One of the most influential voices in the 19th Century was born in Newport, New Hampshire in 1788. Sarah Josepha Hale was born to parents who believed in education for both boys and girls, so she was encouraged to study and then became a writer. After only 9 years of marriage, her husband passed away, leaving her with 5 children. Relying on poetry for income, she wrote the famous nursery rhyme “Mary Had a Little Lamb.” Hale moved to Boston, Massachusetts, where she became the editor of the leading women’s publication of the day, Godey’s Lady’s Book in 1837.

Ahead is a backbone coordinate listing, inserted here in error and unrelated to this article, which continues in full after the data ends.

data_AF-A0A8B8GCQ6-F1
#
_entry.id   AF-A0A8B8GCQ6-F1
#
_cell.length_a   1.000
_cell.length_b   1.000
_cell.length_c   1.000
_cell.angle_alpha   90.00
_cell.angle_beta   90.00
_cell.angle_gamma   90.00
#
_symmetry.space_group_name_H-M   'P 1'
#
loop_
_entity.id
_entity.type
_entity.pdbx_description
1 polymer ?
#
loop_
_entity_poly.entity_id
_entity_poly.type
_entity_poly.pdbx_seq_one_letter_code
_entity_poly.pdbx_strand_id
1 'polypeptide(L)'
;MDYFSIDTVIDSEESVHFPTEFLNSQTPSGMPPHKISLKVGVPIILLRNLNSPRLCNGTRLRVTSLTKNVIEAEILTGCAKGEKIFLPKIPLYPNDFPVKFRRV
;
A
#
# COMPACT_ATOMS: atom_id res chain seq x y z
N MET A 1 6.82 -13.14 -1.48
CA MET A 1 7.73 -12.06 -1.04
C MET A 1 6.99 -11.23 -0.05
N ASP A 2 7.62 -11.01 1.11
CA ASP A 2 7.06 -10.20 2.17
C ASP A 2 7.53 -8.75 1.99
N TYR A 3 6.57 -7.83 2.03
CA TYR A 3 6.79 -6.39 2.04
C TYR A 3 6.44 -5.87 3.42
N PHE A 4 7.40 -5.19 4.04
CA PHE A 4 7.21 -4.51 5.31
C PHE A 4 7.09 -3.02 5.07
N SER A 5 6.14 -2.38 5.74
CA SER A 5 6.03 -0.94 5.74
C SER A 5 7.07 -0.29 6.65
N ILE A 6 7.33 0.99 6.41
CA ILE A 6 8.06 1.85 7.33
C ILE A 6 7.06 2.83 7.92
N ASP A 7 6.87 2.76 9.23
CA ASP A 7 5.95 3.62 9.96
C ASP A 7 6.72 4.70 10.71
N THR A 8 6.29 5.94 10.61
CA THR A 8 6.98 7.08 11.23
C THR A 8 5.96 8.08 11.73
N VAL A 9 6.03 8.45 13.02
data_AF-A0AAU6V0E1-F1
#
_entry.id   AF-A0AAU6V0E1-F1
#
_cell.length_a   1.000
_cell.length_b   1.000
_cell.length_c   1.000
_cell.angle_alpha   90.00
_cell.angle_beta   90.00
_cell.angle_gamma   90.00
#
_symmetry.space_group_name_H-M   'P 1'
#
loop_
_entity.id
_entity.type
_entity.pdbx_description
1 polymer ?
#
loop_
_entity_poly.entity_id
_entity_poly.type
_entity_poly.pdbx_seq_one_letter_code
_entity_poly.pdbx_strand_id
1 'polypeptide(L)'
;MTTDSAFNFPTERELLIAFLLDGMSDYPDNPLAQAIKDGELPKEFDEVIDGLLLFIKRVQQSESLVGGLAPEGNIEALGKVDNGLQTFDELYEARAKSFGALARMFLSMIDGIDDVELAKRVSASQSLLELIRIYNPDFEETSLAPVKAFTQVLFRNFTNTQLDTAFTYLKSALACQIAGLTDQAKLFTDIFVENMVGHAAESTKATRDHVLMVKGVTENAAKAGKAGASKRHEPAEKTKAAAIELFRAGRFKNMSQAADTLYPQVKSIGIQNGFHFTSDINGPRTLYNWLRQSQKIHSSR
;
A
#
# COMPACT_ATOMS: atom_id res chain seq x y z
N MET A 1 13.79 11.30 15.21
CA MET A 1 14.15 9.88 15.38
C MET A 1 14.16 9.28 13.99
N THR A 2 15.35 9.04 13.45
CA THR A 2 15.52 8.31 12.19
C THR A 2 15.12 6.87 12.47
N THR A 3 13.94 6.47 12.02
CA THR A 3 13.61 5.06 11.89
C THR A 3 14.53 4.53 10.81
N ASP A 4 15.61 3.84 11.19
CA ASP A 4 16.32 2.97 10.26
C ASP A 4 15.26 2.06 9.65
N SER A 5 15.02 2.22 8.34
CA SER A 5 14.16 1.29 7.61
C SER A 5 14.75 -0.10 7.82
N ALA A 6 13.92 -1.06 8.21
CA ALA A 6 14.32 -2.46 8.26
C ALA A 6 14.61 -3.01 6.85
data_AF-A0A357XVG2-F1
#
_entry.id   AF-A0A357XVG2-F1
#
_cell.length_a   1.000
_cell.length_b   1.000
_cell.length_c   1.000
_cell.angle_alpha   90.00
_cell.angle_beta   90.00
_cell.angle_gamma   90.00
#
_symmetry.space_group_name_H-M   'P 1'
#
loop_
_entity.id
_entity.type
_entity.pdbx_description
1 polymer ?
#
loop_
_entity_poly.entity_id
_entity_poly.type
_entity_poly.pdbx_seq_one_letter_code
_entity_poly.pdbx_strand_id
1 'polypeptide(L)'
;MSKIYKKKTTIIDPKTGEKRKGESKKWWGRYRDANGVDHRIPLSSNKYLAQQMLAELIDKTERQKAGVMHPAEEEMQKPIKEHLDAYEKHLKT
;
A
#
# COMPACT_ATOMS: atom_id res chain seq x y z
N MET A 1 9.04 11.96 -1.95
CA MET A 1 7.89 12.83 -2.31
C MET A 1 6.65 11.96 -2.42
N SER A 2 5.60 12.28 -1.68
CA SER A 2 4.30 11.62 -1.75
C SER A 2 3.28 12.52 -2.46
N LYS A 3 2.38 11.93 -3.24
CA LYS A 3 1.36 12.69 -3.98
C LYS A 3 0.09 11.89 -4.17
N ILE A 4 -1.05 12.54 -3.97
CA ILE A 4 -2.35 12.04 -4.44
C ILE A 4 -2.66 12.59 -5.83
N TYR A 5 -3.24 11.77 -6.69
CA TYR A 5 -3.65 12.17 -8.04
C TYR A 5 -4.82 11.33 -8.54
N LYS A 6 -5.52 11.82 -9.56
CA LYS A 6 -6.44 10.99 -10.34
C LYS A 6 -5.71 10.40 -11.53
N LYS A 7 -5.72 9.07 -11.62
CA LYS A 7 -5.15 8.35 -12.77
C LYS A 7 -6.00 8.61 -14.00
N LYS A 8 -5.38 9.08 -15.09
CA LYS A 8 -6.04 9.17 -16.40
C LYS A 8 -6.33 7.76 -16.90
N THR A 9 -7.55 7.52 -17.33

In 1846, she started petitioning the President of the United States and other leading politicians to create Thanksgiving as an annual American holiday. Largely ignored, finally, in the midst of the Civil War, it was President Abraham Lincoln who was moved into action by her letter in 1863. Thus, at long last, an annual celebration of Thanksgiving and Praise was established.
Remaining a strong voice, she worked hard to get the Bunker Hill Monument completed, among other accomplishments. Hale retired in 1877 and died two years later at the age of 92.
Many thanks to Sarah Josepha Hale… and Happy Thanksgiving to all.
(Photo by Stephanie McCabe)